Frequently, large and heavy products require correspondingly dimensioned containers that can have basic dimensions of, for example, 600×500 mm even up to 1000×600 mm. Because the containers must be able to be moved on automatic conveyor belts or on rollers and reels tracks, and the products must be handled by robots, especially in the case of large containers with heavy loads, stability is extremely problematic. In containers known in practice that are designed with a structure of intersecting vertical and horizontal ribs on the outer faces of their walls, and in which a flat upper edge is supported by vertical ribs, it has been shown that when bearing a load, damage to the container is unavoidable.
 Due to the upper edge structure, an automatic grab, such as a lifting tools or other special gripper system that acts from the top or from the side, have only a small surface to catch by hook or to grip. This is made even more difficult in that the containers deform starting at the upper edge and/or can even tear, or are distorted inward at the container walls due to their low resistance to bending. Optimal removal of the contents located close to the walls by an automatic gripper or robot is thus extraordinarily difficult, as the gripper/robot would hit the inwardly bent container wall. In addition to making product handling more difficult, the grab itself could be damaged.
 If the grab cannot grip the products as intended, failures occur in the automatic systems, as a result of which production is delayed and overall productivity decreased. Although the stability of the container could be improved by using a larger thickness of the material, this, however would not only be associated with additional material and higher production costs, but would also lead to a higher total weight of the container.
OBJECTS OF THE INVENTION
 It is therefore an object of the present invention to provide an improved plastic storage and transport container.
 Another object is the provision of such an improved plastic storage and transport container that overcomes the above-given disadvantages, in particular that offers in particular, in spite of economical production, a high degree of stability that is also sufficient for transporting and handling heavy products, as well as overall improved features.
SUMMARY OF THE INVENTION
 In a transport/shipping box having a polygonal floor with a plurality of straight edges, respective flat walls extending upward from the edges and joined together at corners to form an upwardly directed opening, this object is attained in that the walls have upper edges that are of upwardly open U-section.
 Due to this shape or profile of the upper edge, it and thus the entire container has significantly more stability and stiffness, so that deformation of the upper edge because of the forces due to the load that are acting in particular during the condition of being carried, can be avoided. Automatic handling is thus not impaired, because grabs, crane gear or the like can grip the container and the product without interference.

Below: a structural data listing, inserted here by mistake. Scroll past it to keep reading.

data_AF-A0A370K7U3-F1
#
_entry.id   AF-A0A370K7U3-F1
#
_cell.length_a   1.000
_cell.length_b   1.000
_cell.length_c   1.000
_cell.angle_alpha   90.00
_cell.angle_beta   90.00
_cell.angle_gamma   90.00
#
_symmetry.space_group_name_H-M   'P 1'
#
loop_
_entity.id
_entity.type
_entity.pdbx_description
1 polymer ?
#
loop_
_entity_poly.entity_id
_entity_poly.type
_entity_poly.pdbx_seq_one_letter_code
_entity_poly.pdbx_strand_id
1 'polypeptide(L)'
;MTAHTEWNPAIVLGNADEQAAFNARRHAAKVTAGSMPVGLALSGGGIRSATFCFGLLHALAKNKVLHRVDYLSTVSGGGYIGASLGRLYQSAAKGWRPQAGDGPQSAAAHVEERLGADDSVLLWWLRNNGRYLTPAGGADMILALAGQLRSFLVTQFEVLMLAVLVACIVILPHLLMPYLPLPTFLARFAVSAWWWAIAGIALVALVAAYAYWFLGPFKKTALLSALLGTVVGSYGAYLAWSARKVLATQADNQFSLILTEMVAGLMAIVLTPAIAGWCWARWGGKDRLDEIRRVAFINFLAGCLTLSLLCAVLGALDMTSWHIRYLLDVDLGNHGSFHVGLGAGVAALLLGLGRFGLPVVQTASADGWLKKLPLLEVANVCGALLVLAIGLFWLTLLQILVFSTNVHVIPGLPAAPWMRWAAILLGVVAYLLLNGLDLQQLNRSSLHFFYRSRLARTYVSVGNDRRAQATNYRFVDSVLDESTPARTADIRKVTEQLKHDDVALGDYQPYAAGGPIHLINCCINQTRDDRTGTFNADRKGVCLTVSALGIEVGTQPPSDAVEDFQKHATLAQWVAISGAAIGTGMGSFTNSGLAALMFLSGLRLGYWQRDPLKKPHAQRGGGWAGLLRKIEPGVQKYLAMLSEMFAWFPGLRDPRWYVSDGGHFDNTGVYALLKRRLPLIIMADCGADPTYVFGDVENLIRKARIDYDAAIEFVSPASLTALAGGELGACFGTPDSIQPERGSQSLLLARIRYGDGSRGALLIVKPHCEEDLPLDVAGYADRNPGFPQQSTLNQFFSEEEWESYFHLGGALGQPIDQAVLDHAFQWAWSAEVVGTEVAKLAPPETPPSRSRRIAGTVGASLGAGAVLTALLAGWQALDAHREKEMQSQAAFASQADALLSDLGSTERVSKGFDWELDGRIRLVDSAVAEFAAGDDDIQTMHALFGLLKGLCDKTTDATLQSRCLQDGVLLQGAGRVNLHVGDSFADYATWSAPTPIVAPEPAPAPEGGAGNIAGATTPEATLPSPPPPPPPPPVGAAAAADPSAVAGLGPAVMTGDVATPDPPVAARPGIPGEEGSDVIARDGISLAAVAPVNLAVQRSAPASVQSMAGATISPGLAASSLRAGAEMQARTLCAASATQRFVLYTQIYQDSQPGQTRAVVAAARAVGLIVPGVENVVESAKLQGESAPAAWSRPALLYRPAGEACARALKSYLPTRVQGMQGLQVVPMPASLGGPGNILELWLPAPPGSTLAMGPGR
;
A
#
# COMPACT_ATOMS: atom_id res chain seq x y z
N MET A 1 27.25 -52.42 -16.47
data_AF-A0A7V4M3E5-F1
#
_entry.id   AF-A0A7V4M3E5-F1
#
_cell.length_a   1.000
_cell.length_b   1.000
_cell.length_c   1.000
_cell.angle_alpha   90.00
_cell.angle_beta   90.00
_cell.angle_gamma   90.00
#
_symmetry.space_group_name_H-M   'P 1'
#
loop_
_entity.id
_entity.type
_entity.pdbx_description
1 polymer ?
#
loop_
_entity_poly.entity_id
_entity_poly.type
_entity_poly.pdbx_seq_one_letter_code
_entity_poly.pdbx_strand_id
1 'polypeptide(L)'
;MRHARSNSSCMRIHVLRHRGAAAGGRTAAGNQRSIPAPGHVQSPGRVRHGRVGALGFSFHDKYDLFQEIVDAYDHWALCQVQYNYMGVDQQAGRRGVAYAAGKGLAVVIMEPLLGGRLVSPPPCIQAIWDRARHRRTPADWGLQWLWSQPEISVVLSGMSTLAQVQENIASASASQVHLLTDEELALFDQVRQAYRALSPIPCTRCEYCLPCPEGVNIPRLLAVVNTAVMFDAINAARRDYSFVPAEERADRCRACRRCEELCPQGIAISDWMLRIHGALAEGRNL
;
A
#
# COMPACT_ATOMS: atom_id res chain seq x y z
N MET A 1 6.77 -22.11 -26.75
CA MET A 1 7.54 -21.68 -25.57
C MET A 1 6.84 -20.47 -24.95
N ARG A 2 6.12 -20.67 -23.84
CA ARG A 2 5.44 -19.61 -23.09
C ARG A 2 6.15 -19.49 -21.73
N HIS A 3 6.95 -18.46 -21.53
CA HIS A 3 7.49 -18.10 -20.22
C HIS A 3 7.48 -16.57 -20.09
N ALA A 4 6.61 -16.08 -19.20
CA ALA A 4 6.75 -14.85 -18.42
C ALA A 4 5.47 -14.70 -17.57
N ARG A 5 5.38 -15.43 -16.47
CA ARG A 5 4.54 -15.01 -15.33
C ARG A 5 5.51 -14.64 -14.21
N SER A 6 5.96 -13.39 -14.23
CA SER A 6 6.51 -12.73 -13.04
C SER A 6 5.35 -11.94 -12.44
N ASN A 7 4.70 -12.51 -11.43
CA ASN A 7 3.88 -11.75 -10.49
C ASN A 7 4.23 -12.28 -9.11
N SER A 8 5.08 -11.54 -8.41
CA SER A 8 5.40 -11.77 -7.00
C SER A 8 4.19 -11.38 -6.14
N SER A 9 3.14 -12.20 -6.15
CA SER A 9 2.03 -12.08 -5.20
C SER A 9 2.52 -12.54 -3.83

According to an advantageous embodiment of the invention the upper edge defined by the container walls projects outward on one side, so that end sections of the container walls simultaneously form an inner flange of the upper edge. The upper edges of the container walls thus simultaneously also form a part of the upper edge. In contrast, the outer flange of the upper edge extends, according to the invention, parallel to the outer faces of the container walls.
 The upper edge that is according to the invention upwardly makes it advantageously possible that water drainage holes can be formed in the floor web of the upper edge, as well as lift holes. The outwardly opening water drainage prevents rain water and dirt from accumulating.
 The stability and stiffness of the container can be increased in that the upper edge is divided into compartments or chambers by wall/rib elements extending across the upper edge's full width.
 According to a preferred embodiment of the invention, reinforcement strips can be fitted into the upwardly open U-section upper edge, siting flatly on them and secured therein by catch formations. Alternative to this, reinforcement strips can also be designed in accordance with the invention in such a way that after insertion and snapping into the upper edge, sit atop it and cover its entire width. The reinforcement strips, advantageously likewise plastic profiles that are snapped into the upper edge in a simple way with the help of snap tools, lead to an additional increase in the stability of the upper edge or the container. They can be distributed over the entire upper frame, but also precisely targeted by bridging a corner, i.e. starting at a certain position on the facing side over the corner up to a certain position of the adjacent side wall. In this case, the corner sections of the upper edge, which always must withstand very large forces, would be preferentially reinforced, which significantly improves the lateral warp stiffness.